This PM's lot is not a happy one

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Woe piled upon woe. Consider Monday night's education vote, when the Government lost by one. The leading theory in the House yesterday was that the Tories' defeat came about because the MP for Meriden - elected on the Tory ticket in 1992 - was recorded as having voted against the government. What is so unique about this particular act of rebellion, of course, is that this particular MP (Mr Iain Mills), is dead. Bad enough - as over Europe - to have, say, the sceptical Sir Richard Body agin you. At least that Body was (arguably) alive. But if the dead defy the whips, then you are in trouble. No patronage that earthly powers may confer will assuage them; no promises of knighthoods, or MBEs will keep them sweet. Only the celestial Prime Minister (who I now conceive of as looking like Betty Boothroyd, clad all in gold) has any influence now.

But if you think that's unlucky, consider the plight of David Moyle, forced to resign yesterday as the Tory agent in William Hague's constituency of Richmond, North Yorkshire. Mr Moyle was discovered to be keeping "explicit material" in a filing cabinet. The former agent (who was doing what 90 per cent of men do at some time or another) may be considered unfortunate because his embarrassing transgression was not revealed by the cleaner, by his wife, nor indeed, by a questing Mr Hague - but by Welsh language activists demonstrating against having an Englishman as Welsh Secretary. Having one's private stash of Big and Bouncy publicly liberated by Ieuan ap Grufydd of Dolwyddelan is not a risk that many readers of such exciting publications insure against.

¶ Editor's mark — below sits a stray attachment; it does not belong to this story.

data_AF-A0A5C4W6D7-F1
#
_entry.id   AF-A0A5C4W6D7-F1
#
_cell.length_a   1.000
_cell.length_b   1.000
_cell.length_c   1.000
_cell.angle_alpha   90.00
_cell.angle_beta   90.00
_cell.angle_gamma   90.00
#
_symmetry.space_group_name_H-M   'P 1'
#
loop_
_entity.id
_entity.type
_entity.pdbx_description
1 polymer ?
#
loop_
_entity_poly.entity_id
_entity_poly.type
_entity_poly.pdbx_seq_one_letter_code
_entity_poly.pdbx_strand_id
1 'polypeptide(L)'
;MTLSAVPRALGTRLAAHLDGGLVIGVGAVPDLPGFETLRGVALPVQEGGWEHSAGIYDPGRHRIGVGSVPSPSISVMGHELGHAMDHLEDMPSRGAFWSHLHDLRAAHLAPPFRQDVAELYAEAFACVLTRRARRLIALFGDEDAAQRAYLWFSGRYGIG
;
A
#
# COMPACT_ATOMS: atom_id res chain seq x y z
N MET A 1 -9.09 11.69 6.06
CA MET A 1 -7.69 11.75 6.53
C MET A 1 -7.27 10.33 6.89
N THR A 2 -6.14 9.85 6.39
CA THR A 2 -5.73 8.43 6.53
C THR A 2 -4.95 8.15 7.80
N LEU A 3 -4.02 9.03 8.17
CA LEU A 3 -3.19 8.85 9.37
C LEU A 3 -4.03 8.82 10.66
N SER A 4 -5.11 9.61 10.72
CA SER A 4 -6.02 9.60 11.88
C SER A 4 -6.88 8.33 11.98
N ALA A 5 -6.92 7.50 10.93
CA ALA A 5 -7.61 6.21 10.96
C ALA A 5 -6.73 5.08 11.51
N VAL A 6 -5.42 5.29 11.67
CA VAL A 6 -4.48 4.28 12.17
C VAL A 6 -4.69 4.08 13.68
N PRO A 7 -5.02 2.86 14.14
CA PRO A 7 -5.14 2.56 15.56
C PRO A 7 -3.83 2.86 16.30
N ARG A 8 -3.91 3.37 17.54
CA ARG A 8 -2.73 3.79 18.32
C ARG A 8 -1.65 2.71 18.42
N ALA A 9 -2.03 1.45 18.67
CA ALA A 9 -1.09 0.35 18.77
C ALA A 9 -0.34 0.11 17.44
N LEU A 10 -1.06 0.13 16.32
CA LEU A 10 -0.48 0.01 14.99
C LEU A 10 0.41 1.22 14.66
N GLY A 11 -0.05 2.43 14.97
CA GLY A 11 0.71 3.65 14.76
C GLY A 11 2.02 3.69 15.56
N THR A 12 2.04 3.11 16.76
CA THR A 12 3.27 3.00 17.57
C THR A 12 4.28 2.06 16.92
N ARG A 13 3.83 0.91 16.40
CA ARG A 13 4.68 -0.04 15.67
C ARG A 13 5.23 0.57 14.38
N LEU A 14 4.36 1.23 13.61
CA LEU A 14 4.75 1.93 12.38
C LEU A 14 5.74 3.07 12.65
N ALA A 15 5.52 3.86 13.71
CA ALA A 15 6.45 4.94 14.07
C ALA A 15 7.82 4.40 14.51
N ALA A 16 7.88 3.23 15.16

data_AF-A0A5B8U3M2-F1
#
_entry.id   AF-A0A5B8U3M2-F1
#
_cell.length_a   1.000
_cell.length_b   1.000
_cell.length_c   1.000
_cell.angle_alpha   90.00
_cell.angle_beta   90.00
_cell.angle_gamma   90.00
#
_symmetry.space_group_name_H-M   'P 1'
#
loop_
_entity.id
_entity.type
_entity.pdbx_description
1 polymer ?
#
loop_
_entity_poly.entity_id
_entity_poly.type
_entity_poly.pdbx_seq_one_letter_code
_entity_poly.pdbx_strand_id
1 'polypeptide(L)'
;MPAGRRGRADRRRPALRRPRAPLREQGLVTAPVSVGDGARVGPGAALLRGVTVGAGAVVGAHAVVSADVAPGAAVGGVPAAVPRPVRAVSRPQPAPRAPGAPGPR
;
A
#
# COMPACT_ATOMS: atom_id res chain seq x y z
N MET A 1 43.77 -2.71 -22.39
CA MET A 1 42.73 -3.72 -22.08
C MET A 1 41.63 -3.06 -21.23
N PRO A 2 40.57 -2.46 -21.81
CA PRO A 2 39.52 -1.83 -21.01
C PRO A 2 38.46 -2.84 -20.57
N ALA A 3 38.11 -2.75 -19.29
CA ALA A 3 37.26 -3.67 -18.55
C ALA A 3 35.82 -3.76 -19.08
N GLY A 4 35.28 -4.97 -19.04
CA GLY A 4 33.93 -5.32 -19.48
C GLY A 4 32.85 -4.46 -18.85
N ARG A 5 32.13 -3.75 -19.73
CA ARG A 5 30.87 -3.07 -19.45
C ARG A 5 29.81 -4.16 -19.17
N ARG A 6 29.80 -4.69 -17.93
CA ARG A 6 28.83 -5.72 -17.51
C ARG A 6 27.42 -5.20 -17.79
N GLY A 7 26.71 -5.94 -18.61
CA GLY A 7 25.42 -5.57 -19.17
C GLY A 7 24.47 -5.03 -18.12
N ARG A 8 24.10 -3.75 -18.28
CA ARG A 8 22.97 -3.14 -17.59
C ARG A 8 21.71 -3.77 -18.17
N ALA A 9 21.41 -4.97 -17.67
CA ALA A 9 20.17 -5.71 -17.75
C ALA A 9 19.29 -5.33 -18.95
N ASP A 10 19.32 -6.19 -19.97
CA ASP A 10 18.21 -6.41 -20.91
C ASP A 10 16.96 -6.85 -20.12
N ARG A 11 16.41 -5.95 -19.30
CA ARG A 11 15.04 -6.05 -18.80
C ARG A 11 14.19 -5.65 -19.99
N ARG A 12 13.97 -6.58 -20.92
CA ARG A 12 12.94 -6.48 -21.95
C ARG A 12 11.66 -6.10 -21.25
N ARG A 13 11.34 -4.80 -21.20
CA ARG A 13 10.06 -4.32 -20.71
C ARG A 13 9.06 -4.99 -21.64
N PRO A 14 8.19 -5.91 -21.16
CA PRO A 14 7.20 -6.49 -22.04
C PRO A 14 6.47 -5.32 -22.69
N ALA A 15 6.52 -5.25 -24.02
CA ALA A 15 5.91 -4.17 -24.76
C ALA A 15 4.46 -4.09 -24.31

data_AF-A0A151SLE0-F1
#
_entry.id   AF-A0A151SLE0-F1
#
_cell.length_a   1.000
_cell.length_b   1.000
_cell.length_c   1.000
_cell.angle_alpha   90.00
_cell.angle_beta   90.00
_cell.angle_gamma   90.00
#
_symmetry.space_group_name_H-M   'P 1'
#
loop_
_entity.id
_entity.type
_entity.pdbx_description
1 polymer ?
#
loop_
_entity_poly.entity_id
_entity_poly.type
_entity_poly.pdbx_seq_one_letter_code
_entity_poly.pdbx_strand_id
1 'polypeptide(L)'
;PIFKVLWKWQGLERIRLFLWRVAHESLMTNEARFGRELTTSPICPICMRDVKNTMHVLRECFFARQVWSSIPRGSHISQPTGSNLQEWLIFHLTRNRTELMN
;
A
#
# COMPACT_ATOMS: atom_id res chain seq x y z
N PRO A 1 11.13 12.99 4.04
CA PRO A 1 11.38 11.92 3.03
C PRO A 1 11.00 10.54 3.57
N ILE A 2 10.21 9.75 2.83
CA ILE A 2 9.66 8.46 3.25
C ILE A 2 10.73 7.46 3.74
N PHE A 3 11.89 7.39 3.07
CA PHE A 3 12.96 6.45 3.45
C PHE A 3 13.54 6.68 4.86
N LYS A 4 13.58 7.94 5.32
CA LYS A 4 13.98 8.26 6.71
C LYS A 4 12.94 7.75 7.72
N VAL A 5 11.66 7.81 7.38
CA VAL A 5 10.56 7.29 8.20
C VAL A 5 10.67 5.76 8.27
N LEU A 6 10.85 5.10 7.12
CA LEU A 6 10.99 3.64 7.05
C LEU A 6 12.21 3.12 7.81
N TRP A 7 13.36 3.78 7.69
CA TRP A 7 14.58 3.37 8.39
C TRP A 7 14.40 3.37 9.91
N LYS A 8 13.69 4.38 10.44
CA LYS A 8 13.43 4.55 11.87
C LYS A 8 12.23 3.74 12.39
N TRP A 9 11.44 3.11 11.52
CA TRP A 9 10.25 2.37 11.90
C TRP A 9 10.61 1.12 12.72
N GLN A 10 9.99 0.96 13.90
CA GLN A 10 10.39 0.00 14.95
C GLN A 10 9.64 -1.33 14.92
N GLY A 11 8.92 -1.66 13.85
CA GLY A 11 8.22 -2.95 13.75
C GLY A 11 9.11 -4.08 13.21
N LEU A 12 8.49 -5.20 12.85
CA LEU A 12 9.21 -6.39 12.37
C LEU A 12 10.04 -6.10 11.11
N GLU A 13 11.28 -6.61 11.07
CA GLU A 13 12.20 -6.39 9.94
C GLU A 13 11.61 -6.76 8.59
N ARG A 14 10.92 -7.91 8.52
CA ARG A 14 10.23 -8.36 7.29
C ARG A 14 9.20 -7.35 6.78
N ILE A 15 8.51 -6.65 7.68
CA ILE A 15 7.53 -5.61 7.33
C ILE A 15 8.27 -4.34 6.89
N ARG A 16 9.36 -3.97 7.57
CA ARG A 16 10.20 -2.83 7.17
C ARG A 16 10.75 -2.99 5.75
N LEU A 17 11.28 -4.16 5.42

And thrice woe. You are the PM, and casting your eye down the list of MPs to be called for PMQs, you find that number one is unguided missile, Harry Greenway. True, Harry has been well briefed by the whips to ask you whether you do agree that the Opposition's vote against the expansion of Grant Maintained Schools was hypocritical in light of the Blairs' and Harmans' choice of schools for their son. But can you be sure that he won't accidentally mention the revolt of the dead or the appalling behaviour of Welsh nationalists? Phew! He doesn't.

Woe. Blair has gone mad. With a crazy, deranged grin - one thinning tuft youthfully akimbo and his collar disarranged - he forgoes all that "will the Prime Minister", three sound-bites, namby-pamby stuff. Like Peter Pan confronting Captain Hook, he challenges you to call an election. "Right!" he cries, "You say you're so tough. Fine! You and me! Up on the poop-deck, now!". "Yeah!" roar the Lost Boys behind him, sensing that they may soon, finally, be Found.

And yet more woe. The final Tory question comes from Patrick Nicholls (Teignbridge). The perpetually sulky-looking Mr Nicholls, his face like a slapped arse, has improved the whip's question in his own inimitable fashion. What, he spits, about the test-case - brought by the National Association of Head Teachers against Grant Maintained Schools - in which "the barrister who prosecuted was the wife of the leader of the Opposition?"

This is not just a counter-productive tack to take (the Tory benches may not cheer, while the Labour ones all shout "disgraceful", and the LibDems shake their heads sadly and mourn the state of things) but it utterly deprives you of the great peroration which will set the order papers a-wagging. But what can you do if the dead and the Welsh are against you, and only Patrick Nicholls is on your side? Woe.